Position, Velocity and Acceleration operators applied on the Dirac field:

$\vec{x}_{avg} ~=~ \frac{1}{2mc}\int dx^3 ~~ \psi^* \vec{X}~\psi ~~~~~~~~~ (\vec{X}: \mbox{position operator}) $

$\vec{v}_{avg} ~=~ \frac{1}{2mc}\int dx^3 ~~ \psi^* \vec{V}~\psi \,~~~~~~~~~ (\vec{V}: \mbox{velocity operator}) $

$\vec{a}_{avg} ~=~ \frac{1}{2mc}\int dx^3 ~~ \psi^* \vec{A}~\psi \,~~~~~~~~~ (\vec{A}: \mbox{acceleration operator}) $

Velocity operator

Now $\vec{X}$ is simply the position $\vec{x}$ of each point of the wavefunction. The velocity operator can be derived by commutating with the Hamiltonian.

$\tilde{V}^i\psi\ =\ \frac{i}{\hbar}\left[~\tilde{H},\tilde{X}^i~\right]\psi\ =\ c \left( \begin{array}{cc} -\sigma^i & 0 \\ 0 & \sigma^i \end{array} \right)\psi$

This velocity operator is in fact totally correct but it was thought to be erroneous in the early days because people misunderstood it to mean that the electron can only move with $\pm\,c$, and therefor it must be wrong, they thought.

What they were actually expecting was something like the $\vec{v}=\vec{p}/m$ as they got in non relativistic theories, but they found something which only contained $\pm\,c$. However, if we evaluate the expression for $\vec{v}_{avg}$ then we get.

$\vec{v}_{avg} ~=~ \frac{c}{2mc}\int dx^3 ~~ \psi^* \left( \begin{array}{cc} -\sigma^i & 0 \\ 0 & \sigma^i \end{array} \right)\psi ~~=~~ \frac{c}{2mc}\int dx^3 ~~ \bar{\psi} \gamma^i \psi ~~=~~ \frac{c}{2mc}\int dx^3 ~ j^i$

This is an integral over the current density, or the momentum with the appropriate units. Now the momentum $\vec{p}$ is a factor $\gamma$ larger as the velocity $\vec{v}$ but the integral over the Lorentz contracted field compensates this so we end up with the velocity of the particle as required! The velocity operator is perfectly fine.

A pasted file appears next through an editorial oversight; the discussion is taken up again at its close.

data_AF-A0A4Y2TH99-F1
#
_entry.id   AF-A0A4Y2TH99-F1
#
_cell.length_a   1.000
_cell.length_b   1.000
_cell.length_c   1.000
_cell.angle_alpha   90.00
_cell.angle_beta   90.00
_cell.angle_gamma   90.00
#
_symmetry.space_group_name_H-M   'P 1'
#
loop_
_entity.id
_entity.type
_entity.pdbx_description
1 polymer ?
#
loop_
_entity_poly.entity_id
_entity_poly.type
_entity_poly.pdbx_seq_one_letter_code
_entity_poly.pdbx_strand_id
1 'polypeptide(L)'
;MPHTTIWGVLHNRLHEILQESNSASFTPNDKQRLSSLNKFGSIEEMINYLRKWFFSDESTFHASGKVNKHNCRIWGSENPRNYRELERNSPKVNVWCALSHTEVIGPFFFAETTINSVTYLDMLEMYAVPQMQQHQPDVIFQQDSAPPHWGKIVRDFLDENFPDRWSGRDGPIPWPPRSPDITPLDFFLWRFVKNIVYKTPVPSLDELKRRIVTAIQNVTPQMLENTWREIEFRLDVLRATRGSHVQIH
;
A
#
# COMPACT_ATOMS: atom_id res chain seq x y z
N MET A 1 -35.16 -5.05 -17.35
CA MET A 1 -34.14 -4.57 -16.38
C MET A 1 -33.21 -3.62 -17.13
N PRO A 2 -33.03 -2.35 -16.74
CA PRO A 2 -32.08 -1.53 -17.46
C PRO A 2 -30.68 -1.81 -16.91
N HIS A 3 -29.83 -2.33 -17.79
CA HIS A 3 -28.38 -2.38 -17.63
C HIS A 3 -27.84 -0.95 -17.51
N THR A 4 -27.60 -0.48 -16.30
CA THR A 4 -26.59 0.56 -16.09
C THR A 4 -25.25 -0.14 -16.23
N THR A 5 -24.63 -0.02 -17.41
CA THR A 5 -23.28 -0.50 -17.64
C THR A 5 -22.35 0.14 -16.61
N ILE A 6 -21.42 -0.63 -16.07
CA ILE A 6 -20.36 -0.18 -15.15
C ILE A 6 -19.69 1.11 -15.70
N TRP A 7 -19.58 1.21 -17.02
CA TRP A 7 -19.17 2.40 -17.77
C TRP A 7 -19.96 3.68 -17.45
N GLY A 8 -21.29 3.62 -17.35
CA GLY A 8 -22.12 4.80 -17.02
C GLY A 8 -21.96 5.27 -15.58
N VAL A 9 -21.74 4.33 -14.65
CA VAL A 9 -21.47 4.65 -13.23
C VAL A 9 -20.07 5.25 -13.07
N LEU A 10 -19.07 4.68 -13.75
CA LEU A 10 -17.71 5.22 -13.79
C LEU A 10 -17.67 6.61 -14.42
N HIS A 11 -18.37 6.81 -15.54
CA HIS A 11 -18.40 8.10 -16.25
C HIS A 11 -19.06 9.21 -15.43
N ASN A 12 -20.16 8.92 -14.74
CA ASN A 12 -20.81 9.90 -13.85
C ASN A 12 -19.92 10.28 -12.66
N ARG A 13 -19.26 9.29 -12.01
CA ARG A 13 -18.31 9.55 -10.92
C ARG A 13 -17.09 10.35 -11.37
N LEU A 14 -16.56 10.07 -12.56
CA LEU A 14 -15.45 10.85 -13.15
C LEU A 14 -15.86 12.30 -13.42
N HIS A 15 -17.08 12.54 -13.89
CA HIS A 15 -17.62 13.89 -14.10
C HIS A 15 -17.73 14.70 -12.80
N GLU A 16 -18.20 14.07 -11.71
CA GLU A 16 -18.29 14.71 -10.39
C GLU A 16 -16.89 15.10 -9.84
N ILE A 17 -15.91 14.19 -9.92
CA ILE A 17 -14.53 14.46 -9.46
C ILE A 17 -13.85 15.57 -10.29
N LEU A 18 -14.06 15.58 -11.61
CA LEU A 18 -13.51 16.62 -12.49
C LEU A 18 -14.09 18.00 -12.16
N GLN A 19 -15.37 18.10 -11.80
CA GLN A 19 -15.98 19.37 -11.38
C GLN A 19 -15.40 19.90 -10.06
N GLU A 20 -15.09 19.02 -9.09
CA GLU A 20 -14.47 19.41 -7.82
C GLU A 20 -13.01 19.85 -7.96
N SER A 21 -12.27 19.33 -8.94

The other big misunderstanding was that the x,y and z-components of the velocity operator do not commute while they do so in the non-relativistic theory and therefor the operator must be wrong, they thought. You can still find this quoted in many textbooks.

But as you see the expression derives the velocity from the momentum and as we know the momentum components (the boost components) should not commute. In fact they should commute just like in the velocity operator. Again the operator behaves exactly in the right way, and it doesn't show a zitter-bewegung at all

Acceleration operator

We'll briefly handle the standard acceleration operator as well and show that there is no zitterbewung and that the result transforms in the right way under Lorentz transform. It can be actually be shown that it transforms like the Lorentz Force

$\psi^*\tilde{A}^i\psi ~~=~~ \frac{i}{m}\frac{d\vec{p}}{dt} ~~\mbox{transforms like:}~~ \frac{iq}{m}\left(\vec{v}\times\vec{B} ~+~ \vec{E}\right)$

Because $\psi^*\tilde{A}^i\psi $ gives rise to two terms which transform like the electron's magnetization and polarization. The construction which therefor transforms like the Lorentz force is thus actually.

$\psi^*\tilde{A}^i\psi ~~\mbox{transforms like:}~~ \frac{iq}{m}\left(-\vec{v}\times\mu_o\vec{M} ~+~ \frac{1}{\epsilon_o}\vec{P}\right)$

If you note that $\vec{v}\times\vec{M}~\propto~\vec{p}\times\vec{j}_A$ then you can recognize the two terms in the standard acceleration operator which is.